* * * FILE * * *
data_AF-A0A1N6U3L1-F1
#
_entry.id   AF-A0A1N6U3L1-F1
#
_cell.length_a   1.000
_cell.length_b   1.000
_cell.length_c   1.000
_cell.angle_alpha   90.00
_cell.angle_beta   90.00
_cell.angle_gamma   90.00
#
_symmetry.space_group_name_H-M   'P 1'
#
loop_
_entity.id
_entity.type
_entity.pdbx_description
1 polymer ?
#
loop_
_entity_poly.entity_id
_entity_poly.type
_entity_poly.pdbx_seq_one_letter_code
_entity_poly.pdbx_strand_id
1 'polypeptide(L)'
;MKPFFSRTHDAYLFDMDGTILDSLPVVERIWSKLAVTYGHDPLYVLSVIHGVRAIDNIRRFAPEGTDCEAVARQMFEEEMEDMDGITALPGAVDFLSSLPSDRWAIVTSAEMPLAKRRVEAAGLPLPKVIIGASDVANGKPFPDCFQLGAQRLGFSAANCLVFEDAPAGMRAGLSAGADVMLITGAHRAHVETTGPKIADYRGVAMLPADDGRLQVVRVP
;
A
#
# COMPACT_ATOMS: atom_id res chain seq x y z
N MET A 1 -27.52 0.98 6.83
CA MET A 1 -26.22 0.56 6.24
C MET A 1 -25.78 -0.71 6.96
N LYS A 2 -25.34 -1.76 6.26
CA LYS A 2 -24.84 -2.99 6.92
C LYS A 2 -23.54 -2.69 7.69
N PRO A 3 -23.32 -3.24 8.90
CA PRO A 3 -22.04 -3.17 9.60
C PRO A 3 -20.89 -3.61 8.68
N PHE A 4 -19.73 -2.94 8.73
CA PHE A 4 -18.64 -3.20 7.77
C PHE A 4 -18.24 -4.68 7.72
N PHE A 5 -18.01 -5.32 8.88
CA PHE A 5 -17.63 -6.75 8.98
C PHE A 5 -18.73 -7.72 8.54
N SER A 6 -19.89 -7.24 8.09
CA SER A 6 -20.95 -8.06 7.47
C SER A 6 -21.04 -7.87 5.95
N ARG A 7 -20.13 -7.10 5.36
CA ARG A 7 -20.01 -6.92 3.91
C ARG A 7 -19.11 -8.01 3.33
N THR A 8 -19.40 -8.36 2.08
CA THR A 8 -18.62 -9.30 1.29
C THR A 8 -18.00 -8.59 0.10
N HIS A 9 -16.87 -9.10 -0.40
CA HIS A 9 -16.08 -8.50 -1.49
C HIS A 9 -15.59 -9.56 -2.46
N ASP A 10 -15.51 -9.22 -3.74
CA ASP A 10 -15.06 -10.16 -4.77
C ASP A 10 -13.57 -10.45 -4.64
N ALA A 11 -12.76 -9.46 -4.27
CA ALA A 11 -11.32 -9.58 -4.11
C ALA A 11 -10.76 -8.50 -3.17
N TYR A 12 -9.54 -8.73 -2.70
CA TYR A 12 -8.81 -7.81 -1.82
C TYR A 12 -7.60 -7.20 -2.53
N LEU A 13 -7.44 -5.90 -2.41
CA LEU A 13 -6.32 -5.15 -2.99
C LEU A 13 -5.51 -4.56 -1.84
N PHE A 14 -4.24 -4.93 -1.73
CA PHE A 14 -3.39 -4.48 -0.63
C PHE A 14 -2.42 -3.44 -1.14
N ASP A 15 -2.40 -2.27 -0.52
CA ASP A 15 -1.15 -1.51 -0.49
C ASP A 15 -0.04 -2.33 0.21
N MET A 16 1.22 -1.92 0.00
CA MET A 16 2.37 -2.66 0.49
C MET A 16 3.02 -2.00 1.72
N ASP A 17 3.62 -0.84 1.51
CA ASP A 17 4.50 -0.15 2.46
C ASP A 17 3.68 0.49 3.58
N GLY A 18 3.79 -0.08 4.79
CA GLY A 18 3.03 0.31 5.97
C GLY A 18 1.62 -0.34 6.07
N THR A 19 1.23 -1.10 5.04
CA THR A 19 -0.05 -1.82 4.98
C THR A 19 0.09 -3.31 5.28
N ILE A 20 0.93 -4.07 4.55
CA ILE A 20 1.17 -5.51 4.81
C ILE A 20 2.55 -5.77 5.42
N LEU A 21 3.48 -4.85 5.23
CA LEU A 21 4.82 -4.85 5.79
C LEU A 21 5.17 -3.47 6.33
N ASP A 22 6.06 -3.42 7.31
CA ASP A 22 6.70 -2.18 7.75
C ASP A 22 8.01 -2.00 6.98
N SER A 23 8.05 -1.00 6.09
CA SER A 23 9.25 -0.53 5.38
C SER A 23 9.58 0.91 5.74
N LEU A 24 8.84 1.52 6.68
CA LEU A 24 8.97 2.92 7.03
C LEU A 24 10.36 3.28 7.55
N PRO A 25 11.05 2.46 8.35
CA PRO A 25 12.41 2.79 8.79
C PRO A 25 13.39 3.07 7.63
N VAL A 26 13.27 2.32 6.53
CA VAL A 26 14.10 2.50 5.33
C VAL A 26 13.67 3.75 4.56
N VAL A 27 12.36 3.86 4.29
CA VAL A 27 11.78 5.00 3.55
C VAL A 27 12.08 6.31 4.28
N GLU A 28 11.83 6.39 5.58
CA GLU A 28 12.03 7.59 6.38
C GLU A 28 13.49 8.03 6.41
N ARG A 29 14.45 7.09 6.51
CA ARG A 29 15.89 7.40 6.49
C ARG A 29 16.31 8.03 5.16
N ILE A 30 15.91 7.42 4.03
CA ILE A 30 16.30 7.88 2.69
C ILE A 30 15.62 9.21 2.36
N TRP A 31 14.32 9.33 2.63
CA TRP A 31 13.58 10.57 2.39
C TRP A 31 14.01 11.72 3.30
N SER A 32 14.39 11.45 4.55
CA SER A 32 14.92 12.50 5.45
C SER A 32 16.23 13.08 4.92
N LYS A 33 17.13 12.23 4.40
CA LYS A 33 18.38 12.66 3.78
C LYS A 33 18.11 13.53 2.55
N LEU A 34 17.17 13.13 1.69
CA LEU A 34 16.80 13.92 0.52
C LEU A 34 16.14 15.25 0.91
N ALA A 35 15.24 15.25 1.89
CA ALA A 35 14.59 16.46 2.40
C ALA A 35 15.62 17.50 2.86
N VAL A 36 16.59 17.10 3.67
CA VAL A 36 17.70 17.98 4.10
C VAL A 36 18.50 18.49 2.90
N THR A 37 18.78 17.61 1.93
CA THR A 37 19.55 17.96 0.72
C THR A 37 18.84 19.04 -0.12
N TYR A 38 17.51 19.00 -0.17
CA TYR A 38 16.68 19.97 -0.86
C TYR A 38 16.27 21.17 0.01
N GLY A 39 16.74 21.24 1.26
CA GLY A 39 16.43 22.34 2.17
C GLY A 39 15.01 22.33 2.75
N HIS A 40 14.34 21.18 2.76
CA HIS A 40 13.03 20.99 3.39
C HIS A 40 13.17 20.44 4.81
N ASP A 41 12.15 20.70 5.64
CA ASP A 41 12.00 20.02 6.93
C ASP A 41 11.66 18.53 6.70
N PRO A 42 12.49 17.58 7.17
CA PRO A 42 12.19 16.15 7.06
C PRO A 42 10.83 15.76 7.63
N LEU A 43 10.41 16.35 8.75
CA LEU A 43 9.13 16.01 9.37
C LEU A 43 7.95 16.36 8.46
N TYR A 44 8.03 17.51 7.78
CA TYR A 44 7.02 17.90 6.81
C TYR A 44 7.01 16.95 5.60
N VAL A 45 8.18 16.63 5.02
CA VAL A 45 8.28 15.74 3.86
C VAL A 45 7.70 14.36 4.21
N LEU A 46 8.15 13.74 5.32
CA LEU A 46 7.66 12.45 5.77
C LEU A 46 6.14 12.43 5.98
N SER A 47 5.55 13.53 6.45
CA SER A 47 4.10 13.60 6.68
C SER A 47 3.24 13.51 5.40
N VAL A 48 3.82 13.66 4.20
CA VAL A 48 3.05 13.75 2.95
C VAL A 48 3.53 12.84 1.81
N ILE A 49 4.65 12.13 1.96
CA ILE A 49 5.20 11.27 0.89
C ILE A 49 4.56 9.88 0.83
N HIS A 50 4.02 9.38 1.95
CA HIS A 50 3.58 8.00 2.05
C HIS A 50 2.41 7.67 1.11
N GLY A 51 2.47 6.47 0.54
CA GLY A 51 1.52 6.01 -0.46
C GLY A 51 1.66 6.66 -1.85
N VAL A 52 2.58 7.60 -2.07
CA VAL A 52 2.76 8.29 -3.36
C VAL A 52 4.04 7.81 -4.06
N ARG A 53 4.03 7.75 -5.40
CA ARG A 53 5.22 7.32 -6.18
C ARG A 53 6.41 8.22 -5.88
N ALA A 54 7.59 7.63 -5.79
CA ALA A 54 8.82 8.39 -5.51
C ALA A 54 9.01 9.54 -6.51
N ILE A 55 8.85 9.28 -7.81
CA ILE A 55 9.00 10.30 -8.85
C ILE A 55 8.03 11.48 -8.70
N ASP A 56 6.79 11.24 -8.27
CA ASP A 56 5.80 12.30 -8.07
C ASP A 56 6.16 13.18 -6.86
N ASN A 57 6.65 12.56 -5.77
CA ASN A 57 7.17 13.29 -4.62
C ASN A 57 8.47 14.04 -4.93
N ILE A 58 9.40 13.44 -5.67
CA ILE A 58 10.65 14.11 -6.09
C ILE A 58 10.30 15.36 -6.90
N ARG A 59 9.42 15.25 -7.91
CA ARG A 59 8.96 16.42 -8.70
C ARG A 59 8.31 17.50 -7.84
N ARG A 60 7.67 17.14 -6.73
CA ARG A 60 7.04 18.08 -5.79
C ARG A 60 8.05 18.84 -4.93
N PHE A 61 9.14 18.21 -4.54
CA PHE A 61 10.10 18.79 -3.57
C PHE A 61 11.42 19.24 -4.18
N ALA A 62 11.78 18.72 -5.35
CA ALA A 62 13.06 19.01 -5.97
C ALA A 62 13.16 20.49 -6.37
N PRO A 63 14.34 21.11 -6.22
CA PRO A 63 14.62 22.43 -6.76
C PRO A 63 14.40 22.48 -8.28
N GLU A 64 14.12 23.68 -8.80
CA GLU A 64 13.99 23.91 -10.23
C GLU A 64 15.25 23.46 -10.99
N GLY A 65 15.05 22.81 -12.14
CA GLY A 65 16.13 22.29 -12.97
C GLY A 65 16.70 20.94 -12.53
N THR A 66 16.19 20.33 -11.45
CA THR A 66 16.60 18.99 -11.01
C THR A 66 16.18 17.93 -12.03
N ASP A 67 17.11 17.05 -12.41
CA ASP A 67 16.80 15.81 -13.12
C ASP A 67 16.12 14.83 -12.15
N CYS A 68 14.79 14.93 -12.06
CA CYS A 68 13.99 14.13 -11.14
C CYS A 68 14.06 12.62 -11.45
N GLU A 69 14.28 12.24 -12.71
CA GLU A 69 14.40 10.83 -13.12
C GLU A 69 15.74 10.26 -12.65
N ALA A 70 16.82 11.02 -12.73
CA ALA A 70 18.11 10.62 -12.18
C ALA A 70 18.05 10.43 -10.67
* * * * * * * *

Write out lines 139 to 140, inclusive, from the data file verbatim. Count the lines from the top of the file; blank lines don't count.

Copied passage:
N THR A 37 18.78 17.61 1.93
CA THR A 37 19.55 17.96 0.72